Politics are dividing families like never before. Recently, several congressional, presidential and gubernatorial campaigns have run attack ads featuring their opponents’ siblings criticizing the candidate.
There are few subjects that can divide families more quickly than politics can – mother against father, father against son, son against daughter. Well, you get the idea. And then there’s this.
Today, a former federal lawmaker Gbemisola Saraki, a sibling of Senate President Bukola Saraki has granted media interviews against the Senate president and his candidates, saying the candidate of the PDP is not fit to be governor of Kwara. This is just the latest example of a politician’s family feud going public.
Gbemisola, sister to the President of the Senate, Bukola Saraki, belongs to the APC while her brother is a member of the Peoples Democratic Party.
Gbemisola Saraki, said she would work hard to ensure that the All Progressives Congress produces the next governor of her home state, Kwara.
“We can’t stop until progressives lead all states to the next level of our collective prosperity.
“So for each and every one of us, we must not relent, we have the elections of next Saturday, March 9 to go.
“In my state, Kwara, we are all out to ensure that AbdulRahman AbdulRasaq of our party, the APC, emerges the next governor of Kwara State, Insha Allah.”
Since leaving office as a member of the kitchen cabinet during the tenure of former President Olusegun Obasanjo, Senator Andy Uba has been contesting for political office, either for governor or for senate and his younger brother, Chris, had always opposed him.
In 2019, Chris Uba intensified the feud by picking the ticket of the Peoples Democratic Party, PDP, for Anambra South, Senate seat, while the incumbent senator Andy Uba, emerged as the candidate of All Progress Congress, APC.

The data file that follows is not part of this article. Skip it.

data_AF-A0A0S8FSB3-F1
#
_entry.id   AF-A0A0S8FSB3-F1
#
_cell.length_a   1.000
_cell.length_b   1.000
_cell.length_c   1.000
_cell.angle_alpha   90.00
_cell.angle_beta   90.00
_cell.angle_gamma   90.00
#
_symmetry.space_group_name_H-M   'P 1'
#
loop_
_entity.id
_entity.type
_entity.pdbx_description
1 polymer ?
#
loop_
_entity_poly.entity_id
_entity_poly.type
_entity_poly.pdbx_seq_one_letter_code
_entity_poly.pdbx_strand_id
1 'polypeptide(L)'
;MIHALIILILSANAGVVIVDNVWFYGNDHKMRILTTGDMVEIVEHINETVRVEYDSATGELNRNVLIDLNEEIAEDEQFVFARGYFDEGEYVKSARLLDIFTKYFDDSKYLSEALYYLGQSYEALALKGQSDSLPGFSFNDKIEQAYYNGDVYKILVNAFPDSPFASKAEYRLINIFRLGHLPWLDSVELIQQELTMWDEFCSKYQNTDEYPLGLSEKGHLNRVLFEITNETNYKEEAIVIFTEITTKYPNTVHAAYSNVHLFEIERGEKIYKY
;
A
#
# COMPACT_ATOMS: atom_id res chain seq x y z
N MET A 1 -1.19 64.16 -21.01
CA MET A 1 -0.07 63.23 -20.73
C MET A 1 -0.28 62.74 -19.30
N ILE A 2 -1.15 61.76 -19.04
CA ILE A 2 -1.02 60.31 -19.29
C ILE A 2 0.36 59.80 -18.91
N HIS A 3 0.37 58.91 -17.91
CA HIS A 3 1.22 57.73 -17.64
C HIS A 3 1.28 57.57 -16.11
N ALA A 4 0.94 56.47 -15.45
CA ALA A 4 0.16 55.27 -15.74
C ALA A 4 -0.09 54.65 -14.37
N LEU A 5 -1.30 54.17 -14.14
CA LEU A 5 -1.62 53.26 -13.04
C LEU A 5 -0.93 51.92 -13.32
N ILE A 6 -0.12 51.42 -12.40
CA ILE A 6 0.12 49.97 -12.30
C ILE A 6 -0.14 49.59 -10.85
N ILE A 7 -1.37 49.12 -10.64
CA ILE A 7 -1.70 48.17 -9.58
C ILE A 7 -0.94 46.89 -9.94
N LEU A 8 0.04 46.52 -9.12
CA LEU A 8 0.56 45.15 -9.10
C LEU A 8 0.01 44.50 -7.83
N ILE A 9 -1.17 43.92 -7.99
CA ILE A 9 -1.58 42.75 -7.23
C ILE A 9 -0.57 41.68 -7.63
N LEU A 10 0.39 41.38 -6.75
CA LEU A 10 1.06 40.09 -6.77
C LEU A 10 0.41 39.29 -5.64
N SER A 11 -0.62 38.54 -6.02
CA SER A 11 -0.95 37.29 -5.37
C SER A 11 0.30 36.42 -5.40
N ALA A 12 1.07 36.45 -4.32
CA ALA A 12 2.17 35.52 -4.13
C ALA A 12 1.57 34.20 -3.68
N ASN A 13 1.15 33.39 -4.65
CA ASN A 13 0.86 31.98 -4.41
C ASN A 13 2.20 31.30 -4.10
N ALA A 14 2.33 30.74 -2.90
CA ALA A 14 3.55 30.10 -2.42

“My brother has been in the Senate for eight years and he must take a bow this time, Chris said last month.
” I pray for my brother to go higher and he can become a governor or vice president, but he will not be a senator again. It is now my turn and I want him to throw in the towel because the battle between us is going to be very serious.”
Unfortunately, they both lost to Ifeanyi Ubah.
The Obasanjo, Okupe families are not left out of the bitter political feuds across Nigeria.
Political disagreements within families are hardly new, but fights seem to be spilling into public view more frequently with the rise of social media and the political polarization of the current ruling class.
“It used to be politics stopped at the water’s edge. Now, politics doesn’t even stop at the dinner table,” said Craig Shirley, a presidential historian and President Reagan biographer. “The difference is that the parties are so sharply divided now — that, plus social media, plus cable television have sharpened the divide.”
Family political disputes date back as early as Benjamin Franklin, whose son was imprisoned for being a steadfast loyalist during the American Revolutionary War.
And in 1912, President Theodore Roosevelt’s son-in-law supported William Howard Taft over his own Bull Moose presidential candidacy.
But the trend seems to be escalating in modern history, which historians attribute to a more combative political environment and the growing number of platforms where people can voice their public opinions.
Even in the U.S some of President Ronald Reagan’s children were outspoken liberals, including Patti Davis, an activist who openly protested her father’s nuclear policies.
“Reagan’s own children were both very liberal. They never agreed with their father on anything,” Shirley said.